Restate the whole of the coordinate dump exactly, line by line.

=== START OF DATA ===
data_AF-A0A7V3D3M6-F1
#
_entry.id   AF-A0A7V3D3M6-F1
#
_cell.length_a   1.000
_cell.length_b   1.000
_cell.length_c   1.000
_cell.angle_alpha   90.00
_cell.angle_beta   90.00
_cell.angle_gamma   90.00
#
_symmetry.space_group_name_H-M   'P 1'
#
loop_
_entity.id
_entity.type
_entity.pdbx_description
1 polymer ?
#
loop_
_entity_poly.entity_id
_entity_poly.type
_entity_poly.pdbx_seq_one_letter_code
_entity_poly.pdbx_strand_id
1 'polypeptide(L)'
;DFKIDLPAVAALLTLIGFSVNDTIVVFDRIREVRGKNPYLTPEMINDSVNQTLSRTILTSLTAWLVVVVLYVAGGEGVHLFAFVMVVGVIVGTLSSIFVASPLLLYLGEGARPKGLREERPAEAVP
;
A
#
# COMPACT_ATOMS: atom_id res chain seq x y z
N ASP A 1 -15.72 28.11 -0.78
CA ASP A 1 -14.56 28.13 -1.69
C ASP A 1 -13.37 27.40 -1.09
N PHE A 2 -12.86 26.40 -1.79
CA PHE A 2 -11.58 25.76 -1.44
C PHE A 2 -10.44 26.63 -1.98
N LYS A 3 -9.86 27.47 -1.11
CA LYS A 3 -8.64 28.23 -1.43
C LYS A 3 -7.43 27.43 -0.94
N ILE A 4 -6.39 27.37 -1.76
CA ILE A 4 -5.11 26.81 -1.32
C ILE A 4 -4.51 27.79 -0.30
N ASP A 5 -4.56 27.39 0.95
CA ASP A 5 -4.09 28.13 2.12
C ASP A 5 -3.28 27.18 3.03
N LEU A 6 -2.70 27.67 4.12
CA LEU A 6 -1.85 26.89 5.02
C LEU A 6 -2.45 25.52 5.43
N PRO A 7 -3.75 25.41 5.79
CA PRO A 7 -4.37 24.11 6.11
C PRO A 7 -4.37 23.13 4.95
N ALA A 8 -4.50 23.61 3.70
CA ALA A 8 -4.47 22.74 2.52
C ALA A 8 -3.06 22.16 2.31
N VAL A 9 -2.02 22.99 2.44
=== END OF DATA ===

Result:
data_AF-A0A7V3D3M6-F1
#
_entry.id   AF-A0A7V3D3M6-F1
#
_cell.length_a   1.000
_cell.length_b   1.000
_cell.length_c   1.000
_cell.angle_alpha   90.00
_cell.angle_beta   90.00
_cell.angle_gamma   90.00
#
_symmetry.space_group_name_H-M   'P 1'
#
loop_
_entity.id
_entity.type
_entity.pdbx_description
1 polymer ?
#
loop_
_entity_poly.entity_id
_entity_poly.type
_entity_poly.pdbx_seq_one_letter_code
_entity_poly.pdbx_strand_id
1 'polypeptide(L)'
;DFKIDLPAVAALLTLIGFSVNDTIVVFDRIREVRGKNPYLTPEMINDSVNQTLSRTILTSLTAWLVVVVLYVAGGEGVHLFAFVMVVGVIVGTLSSIFVASPLLLYLGEGARPKGLREERPAEAVP
;
A
#
# COMPACT_ATOMS: atom_id res chain seq x y z
N ASP A 1 -15.72 28.11 -0.78
CA ASP A 1 -14.56 28.13 -1.69
C ASP A 1 -13.37 27.40 -1.09
N PHE A 2 -12.86 26.40 -1.79
CA PHE A 2 -11.58 25.76 -1.44
C PHE A 2 -10.44 26.63 -1.98
N LYS A 3 -9.86 27.47 -1.11
CA LYS A 3 -8.64 28.23 -1.43
C LYS A 3 -7.43 27.43 -0.94
N ILE A 4 -6.39 27.37 -1.76
CA ILE A 4 -5.11 26.81 -1.32
C ILE A 4 -4.51 27.79 -0.30
N ASP A 5 -4.56 27.39 0.95
CA ASP A 5 -4.09 28.13 2.12
C ASP A 5 -3.28 27.18 3.03
N LEU A 6 -2.70 27.67 4.12
CA LEU A 6 -1.85 26.89 5.02
C LEU A 6 -2.45 25.52 5.43
N PRO A 7 -3.75 25.41 5.79
CA PRO A 7 -4.37 24.11 6.11
C PRO A 7 -4.37 23.13 4.95
N ALA A 8 -4.50 23.61 3.70
CA ALA A 8 -4.47 22.74 2.52
C ALA A 8 -3.06 22.16 2.31
N VAL A 9 -2.02 22.99 2.44